By Gordon Thompson
As the Beatles made their historic debut on American television in February 1964, the cast of Oliver!, the actor playing the role of the Artful Dodger, and other acts on the show watched from the wings as the hysteria unfolded. Davy Jones had started his acting career on British television, making his debut appearance in the venerable Coronation Street followed by the gritty Liverpool police drama, Z-Cars. His diminutive stature made him a natural to play teens, but also suggested that he could be a good jockey, and he briefly pursued this career; but when a casting call came for the Broadway version of Lionel Bart’s Oliver!, Jones’ youthful looks seemed ideally suited to play the charismatic child thief and the title character’s mentor. In New York, he received a Tony nomination for his portrayal; however, he had watched the Beatles dominate British media in 1963 and, as they now similarly triumphed in the North America, he saw the next stage in his career.
America’s 1964 hunger for all things British and Jones’ obvious talent brought him to the attention of Screen Gems and American television, which cast him in an episode of the medical drama, Ben Casey. And in 1965, when Screen Gems began searching for talented and attractive actors for a comedy loosely imitating the Beatles’ A Hard Day’s Night, Jones’s profile easily rose to the top of the list. The Monkees debuted in the fall of 1966 on American television and, at 20, his boyish good looks made him an immediate fan favorite. Indeed, he ranked among the most popular male pop figures of the 1960s, his picture regularly appearing in teen magazines. But in an era when the Beatles implored you to turn off your mind, relax, and float downstream, a culture war raged over the Monkees’ authenticity. Nevertheless, Jones supplied strong vocal performances on Monkees’ recordings, especially “Daydream Believer,” the band’s last major hit, and the band with the assistance of a strong studio produced nearly perfect pieces of pop. Moreover, of the four actors who played the Monkees, Jones particularly had both the voice and the charismatic looks for a solo career.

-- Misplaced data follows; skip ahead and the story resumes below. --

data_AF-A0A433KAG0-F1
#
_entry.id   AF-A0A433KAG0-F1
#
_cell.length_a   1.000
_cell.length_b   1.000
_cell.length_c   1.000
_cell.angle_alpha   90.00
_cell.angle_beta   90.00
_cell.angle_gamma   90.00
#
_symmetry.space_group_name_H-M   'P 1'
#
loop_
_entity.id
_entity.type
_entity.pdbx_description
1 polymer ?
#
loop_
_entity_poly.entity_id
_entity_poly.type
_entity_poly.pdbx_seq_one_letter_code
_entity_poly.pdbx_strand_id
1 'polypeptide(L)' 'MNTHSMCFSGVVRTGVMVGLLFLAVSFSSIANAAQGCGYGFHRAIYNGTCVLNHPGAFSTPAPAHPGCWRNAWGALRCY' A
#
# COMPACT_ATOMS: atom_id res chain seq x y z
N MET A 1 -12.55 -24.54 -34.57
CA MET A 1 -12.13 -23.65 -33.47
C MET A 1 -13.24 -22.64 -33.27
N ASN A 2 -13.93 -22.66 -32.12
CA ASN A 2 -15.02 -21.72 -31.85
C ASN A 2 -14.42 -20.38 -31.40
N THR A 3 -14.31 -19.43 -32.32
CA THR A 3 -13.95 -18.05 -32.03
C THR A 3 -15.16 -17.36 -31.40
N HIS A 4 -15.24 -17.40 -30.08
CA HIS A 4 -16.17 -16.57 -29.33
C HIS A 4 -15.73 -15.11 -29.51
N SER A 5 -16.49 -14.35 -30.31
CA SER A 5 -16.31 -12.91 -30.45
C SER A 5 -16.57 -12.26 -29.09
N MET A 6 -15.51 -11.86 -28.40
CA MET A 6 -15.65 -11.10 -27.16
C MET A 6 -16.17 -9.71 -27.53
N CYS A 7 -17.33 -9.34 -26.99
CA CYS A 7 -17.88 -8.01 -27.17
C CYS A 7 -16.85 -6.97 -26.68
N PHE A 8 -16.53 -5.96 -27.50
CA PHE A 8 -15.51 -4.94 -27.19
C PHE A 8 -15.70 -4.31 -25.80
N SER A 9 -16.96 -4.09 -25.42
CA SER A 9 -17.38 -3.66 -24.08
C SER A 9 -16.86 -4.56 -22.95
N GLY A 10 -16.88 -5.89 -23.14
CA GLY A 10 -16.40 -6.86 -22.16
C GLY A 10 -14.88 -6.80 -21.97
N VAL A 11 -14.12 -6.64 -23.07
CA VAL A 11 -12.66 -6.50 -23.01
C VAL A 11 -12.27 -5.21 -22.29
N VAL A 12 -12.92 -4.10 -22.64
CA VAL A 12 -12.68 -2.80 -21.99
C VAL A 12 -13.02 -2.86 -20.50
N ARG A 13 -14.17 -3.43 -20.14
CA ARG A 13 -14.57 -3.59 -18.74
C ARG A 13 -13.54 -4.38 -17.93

While internal and external tensions eventually led to the end of both the television series and the band, Jones continued to perform, sometimes with fellow Monkee (and child actor) Mickey Dolenz and briefly with songwriters Tommy Boyce and Bobby Hart. In the post-Monkees years, he had a number brief appearances in television and film, and in the eighties, MTV reintroduced the television series and the band to a new generation of viewers.
In the nineties, a reunited Monkees toured and even last year Jones made a number of appearances with Monkees members Dolenz and Peter Tork. From his early experiences as a jockey, Jones maintained an interest in horse racing as an owner and his stable had success on both sides of the Atlantic. Nevertheless, performance remained important to Jones and he had a series of American concert dates scheduled for 2012 with his band.
Jones died this morning at his home in Indiantown, Florida at the age of 66.
Gordon Thompson is Professor of Music at Skidmore College. His book, Please Please Me: Sixties British Pop, Inside Out, offers an insider’s view of the British pop-music recording industry.